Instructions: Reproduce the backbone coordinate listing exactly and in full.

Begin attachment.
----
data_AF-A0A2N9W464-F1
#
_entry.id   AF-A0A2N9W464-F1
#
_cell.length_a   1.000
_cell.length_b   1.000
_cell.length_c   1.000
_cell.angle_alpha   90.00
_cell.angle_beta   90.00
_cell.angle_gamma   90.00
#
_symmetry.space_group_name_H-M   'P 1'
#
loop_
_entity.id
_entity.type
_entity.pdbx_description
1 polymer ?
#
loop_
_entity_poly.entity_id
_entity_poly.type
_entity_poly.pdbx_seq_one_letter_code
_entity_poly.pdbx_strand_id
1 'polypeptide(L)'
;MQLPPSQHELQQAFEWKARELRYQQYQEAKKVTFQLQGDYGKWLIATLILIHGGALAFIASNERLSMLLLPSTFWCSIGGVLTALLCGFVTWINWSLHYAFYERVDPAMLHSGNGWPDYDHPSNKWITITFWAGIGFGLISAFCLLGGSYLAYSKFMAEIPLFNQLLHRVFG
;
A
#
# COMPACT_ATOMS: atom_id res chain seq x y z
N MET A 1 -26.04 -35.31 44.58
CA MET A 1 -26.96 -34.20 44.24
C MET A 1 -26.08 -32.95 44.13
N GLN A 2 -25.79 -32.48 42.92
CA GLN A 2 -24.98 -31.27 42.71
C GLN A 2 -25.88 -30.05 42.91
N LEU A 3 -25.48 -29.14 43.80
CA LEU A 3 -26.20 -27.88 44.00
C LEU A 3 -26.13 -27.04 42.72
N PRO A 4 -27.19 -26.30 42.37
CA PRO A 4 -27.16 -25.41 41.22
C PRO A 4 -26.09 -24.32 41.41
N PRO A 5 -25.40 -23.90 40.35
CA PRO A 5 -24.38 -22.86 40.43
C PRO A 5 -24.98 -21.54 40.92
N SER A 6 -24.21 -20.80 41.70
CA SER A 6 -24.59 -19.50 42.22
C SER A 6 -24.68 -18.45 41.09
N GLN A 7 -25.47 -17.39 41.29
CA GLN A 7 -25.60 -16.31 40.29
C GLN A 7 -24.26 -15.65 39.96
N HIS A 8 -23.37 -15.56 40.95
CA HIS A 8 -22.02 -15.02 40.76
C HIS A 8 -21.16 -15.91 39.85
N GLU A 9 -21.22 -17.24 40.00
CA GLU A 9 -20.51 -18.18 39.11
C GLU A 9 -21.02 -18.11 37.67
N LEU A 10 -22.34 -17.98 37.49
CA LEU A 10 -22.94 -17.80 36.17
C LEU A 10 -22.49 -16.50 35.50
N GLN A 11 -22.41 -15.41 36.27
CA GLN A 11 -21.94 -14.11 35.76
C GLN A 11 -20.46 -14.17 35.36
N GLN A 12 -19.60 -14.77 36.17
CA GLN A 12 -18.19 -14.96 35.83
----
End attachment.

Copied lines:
data_AF-A0A2N9W464-F1
#
_entry.id   AF-A0A2N9W464-F1
#
_cell.length_a   1.000
_cell.length_b   1.000
_cell.length_c   1.000
_cell.angle_alpha   90.00
_cell.angle_beta   90.00
_cell.angle_gamma   90.00
#
_symmetry.space_group_name_H-M   'P 1'
#
loop_
_entity.id
_entity.type
_entity.pdbx_description
1 polymer ?
#
loop_
_entity_poly.entity_id
_entity_poly.type
_entity_poly.pdbx_seq_one_letter_code
_entity_poly.pdbx_strand_id
1 'polypeptide(L)'
;MQLPPSQHELQQAFEWKARELRYQQYQEAKKVTFQLQGDYGKWLIATLILIHGGALAFIASNERLSMLLLPSTFWCSIGGVLTALLCGFVTWINWSLHYAFYERVDPAMLHSGNGWPDYDHPSNKWITITFWAGIGFGLISAFCLLGGSYLAYSKFMAEIPLFNQLLHRVFG
;
A
#
# COMPACT_ATOMS: atom_id res chain seq x y z
N MET A 1 -26.04 -35.31 44.58
CA MET A 1 -26.96 -34.20 44.24
C MET A 1 -26.08 -32.95 44.13
N GLN A 2 -25.79 -32.48 42.92
CA GLN A 2 -24.98 -31.27 42.71
C GLN A 2 -25.88 -30.05 42.91
N LEU A 3 -25.48 -29.14 43.80
CA LEU A 3 -26.20 -27.88 44.00
C LEU A 3 -26.13 -27.04 42.72
N PRO A 4 -27.19 -26.30 42.37
CA PRO A 4 -27.16 -25.41 41.22
C PRO A 4 -26.09 -24.32 41.41
N PRO A 5 -25.40 -23.90 40.35
CA PRO A 5 -24.38 -22.86 40.43
C PRO A 5 -24.98 -21.54 40.92
N SER A 6 -24.21 -20.80 41.70
CA SER A 6 -24.59 -19.50 42.22
C SER A 6 -24.68 -18.45 41.09
N GLN A 7 -25.47 -17.39 41.29
CA GLN A 7 -25.60 -16.31 40.29
C GLN A 7 -24.26 -15.65 39.96
N HIS A 8 -23.37 -15.56 40.95
CA HIS A 8 -22.02 -15.02 40.76
C HIS A 8 -21.16 -15.91 39.85
N GLU A 9 -21.22 -17.24 40.00
CA GLU A 9 -20.51 -18.18 39.11
C GLU A 9 -21.02 -18.11 37.67
N LEU A 10 -22.34 -17.98 37.49
CA LEU A 10 -22.94 -17.80 36.17
C LEU A 10 -22.49 -16.50 35.50
N GLN A 11 -22.41 -15.41 36.27
CA GLN A 11 -21.94 -14.11 35.76
C GLN A 11 -20.46 -14.17 35.36
N GLN A 12 -19.60 -14.77 36.17
CA GLN A 12 -18.19 -14.96 35.83